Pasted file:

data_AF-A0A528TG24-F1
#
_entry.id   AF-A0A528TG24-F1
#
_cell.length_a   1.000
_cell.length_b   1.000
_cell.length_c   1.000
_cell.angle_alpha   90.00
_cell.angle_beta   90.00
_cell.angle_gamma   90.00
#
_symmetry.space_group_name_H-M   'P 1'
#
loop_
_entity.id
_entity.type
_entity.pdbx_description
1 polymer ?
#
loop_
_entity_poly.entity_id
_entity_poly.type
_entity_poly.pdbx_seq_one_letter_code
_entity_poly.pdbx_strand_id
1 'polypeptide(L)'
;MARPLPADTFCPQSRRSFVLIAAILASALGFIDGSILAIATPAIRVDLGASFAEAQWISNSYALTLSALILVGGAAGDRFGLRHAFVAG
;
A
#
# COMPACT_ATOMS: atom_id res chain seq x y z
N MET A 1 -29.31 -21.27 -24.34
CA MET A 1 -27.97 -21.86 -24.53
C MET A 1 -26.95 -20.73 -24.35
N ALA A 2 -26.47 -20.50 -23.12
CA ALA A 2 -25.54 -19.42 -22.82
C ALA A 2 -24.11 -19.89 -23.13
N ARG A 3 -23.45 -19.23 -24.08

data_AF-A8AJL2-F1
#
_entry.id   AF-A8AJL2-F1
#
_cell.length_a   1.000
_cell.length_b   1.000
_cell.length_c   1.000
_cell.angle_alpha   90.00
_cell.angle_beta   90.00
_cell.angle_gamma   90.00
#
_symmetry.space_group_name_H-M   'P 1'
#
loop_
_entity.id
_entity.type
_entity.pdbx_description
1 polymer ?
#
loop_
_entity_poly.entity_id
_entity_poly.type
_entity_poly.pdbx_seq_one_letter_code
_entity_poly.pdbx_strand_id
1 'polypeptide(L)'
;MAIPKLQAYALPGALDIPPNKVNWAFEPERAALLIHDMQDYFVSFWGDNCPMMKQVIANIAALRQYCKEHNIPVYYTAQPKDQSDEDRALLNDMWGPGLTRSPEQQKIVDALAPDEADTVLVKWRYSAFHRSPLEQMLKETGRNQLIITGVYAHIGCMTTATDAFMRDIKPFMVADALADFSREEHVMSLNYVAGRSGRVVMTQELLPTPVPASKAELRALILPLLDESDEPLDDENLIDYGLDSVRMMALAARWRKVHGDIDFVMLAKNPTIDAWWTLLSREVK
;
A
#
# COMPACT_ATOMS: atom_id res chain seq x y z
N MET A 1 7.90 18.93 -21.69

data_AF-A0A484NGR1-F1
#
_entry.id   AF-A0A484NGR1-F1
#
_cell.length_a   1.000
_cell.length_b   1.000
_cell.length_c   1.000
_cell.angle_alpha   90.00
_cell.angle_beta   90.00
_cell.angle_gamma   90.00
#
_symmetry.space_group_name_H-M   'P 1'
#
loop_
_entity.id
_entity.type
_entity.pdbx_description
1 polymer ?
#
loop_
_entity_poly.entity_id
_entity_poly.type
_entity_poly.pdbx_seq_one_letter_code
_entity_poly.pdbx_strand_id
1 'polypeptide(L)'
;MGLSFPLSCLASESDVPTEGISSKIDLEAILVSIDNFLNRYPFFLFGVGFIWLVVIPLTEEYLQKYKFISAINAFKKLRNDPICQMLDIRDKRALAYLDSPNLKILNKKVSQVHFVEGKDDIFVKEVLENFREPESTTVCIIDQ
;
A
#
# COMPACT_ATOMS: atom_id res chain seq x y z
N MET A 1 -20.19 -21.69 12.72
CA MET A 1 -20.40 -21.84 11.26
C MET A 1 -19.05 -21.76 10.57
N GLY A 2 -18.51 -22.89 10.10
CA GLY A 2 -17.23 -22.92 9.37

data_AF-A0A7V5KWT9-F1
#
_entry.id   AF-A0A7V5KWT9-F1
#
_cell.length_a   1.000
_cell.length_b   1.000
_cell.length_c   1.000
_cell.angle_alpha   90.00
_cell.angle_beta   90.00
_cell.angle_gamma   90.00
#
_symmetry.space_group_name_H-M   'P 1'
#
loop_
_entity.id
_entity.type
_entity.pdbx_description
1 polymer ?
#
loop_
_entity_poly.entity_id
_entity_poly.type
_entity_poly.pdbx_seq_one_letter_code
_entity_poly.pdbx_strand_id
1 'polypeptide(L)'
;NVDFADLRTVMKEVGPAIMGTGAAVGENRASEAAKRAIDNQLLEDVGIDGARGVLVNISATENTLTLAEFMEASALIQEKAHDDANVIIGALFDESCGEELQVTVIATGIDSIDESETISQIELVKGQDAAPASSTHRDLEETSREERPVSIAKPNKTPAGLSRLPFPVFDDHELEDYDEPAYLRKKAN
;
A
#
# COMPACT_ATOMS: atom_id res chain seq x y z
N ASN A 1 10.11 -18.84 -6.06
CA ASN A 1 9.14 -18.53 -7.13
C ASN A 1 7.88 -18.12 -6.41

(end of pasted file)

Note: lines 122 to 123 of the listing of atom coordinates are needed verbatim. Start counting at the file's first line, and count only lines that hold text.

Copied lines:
#
loop_